Alice testifies to that majesty: She recalls that the desert made her feel “small and large at the same time. I was an ant, an insect, crawling across the floor of the world, and I was an Amazon, the only woman among men, the only white among dark. I would never be so distinct again.”

Yet outside the Sahara, World War I has erupted in Europe, and Alice also will learn that she cannot stay with the Tuareg; through danger and heartache, she’ll have to leave her son behind and return to a changed England in 1917, where she finds that her experience and the war have driven a wedge between herself, her sister and her mother.

Fifty years later, that wedge between Edith and Alice is still there, and Martin, Alice’s sympathetic husband, discovers he also doesn’t truly know his wife. A diplomat who was scarred by his own experience serving in WWI, he calls on his contacts in government and the business world to help unravel the mystery of Alice’s life in the desert, so that he in turn can help her.

All of this is revealed slowly and carefully, creating tension and reflecting the beautiful and painful memories that have long consumed Alice. Jeffries says her story finally cemented when she developed the character of Martin; setting the story both during WWI and in 1970s England also allowed her to use the stark social changes ushered in during those two eras as a natural backdrop to the emotional tumult of Alice’s life.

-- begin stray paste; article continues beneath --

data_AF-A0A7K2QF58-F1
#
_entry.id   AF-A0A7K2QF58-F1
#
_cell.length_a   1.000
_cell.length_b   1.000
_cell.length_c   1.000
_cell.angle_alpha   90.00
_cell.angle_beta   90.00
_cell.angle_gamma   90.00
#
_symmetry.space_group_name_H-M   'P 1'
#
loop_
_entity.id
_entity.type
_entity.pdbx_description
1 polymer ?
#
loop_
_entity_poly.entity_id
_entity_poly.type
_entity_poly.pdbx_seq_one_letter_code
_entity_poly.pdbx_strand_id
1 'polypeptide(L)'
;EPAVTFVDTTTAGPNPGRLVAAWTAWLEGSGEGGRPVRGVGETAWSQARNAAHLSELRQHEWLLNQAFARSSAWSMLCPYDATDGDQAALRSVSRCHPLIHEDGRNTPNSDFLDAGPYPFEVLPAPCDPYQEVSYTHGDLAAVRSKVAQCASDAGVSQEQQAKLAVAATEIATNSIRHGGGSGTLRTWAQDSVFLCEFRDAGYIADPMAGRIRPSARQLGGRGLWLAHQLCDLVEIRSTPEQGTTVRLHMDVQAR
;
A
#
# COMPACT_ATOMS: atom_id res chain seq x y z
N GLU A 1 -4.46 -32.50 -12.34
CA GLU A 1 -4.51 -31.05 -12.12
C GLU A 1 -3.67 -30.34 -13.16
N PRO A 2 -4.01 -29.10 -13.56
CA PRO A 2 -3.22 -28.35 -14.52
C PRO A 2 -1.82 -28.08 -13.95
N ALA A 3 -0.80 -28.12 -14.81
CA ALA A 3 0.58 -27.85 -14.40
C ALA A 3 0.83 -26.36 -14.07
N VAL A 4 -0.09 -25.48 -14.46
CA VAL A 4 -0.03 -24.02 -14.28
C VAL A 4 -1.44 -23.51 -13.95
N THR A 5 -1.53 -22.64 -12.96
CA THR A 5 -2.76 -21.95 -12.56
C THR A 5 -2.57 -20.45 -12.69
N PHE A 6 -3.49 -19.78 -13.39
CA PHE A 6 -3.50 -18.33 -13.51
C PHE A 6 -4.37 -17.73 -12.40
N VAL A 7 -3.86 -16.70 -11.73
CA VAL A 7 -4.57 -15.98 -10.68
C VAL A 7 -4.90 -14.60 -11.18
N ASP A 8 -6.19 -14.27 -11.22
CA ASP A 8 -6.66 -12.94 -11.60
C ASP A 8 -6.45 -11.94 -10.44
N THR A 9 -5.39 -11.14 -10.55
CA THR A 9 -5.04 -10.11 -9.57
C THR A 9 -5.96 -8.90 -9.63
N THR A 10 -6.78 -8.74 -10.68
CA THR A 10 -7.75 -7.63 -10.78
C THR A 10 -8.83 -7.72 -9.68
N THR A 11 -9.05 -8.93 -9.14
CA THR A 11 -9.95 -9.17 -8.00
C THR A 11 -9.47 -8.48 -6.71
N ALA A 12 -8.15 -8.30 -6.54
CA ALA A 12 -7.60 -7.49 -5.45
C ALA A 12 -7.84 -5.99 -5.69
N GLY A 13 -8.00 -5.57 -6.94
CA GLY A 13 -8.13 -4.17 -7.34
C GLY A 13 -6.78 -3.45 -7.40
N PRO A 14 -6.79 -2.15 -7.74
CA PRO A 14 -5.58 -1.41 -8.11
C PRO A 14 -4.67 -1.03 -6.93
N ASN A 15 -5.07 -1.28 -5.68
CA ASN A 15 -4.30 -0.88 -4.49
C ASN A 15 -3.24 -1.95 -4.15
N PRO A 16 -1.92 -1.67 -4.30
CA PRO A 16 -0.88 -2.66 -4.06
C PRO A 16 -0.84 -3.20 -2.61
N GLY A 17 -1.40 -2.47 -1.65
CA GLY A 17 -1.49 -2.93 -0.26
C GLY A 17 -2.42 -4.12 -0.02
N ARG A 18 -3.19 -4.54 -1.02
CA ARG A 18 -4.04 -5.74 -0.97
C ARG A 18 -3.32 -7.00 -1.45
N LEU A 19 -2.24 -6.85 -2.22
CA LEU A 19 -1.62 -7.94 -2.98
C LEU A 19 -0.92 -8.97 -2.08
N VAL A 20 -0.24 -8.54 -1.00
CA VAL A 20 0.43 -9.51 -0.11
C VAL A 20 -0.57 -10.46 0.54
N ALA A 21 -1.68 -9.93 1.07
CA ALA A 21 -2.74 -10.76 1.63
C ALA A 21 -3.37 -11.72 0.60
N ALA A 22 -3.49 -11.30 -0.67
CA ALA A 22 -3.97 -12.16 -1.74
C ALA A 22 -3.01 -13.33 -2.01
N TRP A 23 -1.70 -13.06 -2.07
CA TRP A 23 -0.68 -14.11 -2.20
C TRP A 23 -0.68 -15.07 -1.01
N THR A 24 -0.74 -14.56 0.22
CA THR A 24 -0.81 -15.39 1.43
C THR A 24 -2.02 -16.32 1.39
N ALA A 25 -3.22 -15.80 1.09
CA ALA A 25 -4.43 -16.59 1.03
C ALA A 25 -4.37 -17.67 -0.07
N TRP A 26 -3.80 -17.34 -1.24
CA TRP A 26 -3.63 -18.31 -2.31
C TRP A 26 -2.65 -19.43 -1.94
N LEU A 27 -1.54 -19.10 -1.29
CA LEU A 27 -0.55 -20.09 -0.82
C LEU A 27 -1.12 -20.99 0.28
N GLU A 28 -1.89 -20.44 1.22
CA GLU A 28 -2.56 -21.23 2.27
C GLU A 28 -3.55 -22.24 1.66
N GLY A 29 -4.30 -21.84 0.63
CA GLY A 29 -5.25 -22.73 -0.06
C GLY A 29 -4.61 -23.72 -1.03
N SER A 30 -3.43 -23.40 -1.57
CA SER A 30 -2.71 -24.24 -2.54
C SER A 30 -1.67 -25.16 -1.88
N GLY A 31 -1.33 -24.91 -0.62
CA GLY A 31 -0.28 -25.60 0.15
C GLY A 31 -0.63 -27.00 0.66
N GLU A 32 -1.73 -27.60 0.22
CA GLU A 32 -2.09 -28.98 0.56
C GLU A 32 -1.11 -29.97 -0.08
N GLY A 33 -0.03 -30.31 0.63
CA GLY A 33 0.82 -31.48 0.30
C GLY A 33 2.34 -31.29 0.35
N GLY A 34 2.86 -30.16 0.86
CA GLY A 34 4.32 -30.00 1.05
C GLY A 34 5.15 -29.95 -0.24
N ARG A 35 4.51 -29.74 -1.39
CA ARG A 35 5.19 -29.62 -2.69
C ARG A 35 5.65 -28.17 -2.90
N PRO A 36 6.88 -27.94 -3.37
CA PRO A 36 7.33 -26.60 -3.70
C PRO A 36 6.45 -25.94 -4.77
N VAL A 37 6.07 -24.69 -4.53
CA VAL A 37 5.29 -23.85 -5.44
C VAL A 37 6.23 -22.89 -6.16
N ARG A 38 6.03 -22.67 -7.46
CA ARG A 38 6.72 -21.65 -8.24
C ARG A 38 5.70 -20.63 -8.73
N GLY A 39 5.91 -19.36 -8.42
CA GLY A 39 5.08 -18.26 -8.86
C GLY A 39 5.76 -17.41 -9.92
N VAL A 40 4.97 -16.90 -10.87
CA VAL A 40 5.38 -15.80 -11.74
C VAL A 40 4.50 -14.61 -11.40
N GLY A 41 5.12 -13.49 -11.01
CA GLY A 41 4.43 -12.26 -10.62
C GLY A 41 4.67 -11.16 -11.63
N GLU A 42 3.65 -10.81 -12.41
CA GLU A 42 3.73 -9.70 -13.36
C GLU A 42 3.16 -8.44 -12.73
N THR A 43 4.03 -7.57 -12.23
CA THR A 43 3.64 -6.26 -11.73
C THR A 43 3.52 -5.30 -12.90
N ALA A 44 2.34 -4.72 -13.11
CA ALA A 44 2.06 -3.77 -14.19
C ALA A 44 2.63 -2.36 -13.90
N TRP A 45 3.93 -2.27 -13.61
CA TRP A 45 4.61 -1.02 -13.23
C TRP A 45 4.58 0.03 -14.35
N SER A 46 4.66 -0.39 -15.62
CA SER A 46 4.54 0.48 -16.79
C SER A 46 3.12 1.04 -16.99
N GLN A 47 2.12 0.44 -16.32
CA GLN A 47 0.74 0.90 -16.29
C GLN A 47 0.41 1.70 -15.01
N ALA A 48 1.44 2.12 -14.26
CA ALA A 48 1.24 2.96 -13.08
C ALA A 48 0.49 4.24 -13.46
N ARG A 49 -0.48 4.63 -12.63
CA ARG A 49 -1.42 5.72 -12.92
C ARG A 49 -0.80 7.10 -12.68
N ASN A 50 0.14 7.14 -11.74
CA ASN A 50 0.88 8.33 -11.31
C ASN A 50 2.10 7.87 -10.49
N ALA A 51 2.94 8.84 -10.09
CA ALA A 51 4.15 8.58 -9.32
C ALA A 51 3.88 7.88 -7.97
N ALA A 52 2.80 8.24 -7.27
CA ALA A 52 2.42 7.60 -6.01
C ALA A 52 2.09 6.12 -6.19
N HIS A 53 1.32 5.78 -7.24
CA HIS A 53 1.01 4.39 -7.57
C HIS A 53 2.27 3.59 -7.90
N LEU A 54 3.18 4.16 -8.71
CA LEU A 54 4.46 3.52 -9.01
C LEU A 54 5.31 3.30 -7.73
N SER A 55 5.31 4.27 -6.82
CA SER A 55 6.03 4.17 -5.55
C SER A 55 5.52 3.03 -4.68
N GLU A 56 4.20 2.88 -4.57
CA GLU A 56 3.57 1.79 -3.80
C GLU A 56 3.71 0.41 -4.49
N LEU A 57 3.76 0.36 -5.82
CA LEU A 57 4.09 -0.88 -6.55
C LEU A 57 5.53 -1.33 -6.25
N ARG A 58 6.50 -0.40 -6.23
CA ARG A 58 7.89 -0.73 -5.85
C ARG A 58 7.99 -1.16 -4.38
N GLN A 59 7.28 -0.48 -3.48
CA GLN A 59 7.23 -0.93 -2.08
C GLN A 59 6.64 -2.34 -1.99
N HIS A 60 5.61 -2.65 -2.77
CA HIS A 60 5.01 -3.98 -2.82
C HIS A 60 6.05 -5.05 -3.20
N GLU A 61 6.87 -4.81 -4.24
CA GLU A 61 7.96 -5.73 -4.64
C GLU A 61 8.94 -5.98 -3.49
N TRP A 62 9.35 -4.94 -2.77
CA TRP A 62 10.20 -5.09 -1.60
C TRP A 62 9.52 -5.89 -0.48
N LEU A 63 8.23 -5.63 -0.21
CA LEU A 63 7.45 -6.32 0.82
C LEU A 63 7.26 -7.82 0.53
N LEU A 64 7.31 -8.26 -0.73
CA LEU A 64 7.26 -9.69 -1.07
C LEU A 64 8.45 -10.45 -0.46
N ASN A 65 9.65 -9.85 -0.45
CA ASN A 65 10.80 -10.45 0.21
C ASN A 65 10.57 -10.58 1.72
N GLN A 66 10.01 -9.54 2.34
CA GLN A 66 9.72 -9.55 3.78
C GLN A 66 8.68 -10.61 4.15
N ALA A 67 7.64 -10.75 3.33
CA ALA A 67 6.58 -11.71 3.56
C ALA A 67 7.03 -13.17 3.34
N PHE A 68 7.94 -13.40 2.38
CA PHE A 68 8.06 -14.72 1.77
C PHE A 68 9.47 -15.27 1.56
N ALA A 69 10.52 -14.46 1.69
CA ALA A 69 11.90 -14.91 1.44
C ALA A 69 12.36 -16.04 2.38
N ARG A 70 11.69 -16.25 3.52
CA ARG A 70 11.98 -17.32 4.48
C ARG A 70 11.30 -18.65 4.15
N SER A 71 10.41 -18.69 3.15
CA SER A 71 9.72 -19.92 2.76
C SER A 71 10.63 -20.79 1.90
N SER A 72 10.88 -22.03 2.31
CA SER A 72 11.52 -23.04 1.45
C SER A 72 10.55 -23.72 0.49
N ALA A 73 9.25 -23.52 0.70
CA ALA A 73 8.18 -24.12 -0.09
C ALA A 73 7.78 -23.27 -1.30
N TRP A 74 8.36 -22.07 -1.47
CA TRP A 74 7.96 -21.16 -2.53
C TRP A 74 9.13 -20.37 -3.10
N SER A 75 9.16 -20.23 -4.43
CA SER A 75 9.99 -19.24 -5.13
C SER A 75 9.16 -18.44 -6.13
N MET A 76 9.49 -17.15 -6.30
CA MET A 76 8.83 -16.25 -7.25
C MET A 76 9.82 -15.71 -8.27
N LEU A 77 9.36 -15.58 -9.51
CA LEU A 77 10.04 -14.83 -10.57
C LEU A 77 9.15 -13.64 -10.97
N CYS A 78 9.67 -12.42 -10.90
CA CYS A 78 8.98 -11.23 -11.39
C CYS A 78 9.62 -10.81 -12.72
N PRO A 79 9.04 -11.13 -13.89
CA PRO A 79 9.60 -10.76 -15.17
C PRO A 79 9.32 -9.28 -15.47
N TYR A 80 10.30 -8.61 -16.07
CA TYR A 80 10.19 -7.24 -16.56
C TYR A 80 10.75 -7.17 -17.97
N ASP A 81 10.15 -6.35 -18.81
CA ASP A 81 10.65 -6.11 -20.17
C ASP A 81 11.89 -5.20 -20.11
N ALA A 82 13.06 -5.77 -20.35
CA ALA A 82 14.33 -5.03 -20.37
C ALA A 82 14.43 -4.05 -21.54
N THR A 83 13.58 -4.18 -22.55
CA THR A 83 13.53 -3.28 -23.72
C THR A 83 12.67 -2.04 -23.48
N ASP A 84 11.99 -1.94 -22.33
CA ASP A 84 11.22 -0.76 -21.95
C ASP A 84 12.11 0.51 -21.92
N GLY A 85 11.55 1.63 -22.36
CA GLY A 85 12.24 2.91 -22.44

And Jeffries says the desert itself, with its wide horizons that can quickly disappear behind a sandstorm, is “sort of a metaphor for life itself, and for Alice’s story. You think you can see what’s coming — and then just as suddenly, you can’t.”

 Celia Jeffries will be the featured reader for a May 4 virtual open mic, from 7-9 p.m., hosted by Straw Dog Writers’ Guild. For more information, visit strawdogwriters.org. Jeffries’ website is celiajeffries.com.

Steve Pfarrer can be reached at spfarrer@gazettenet.com.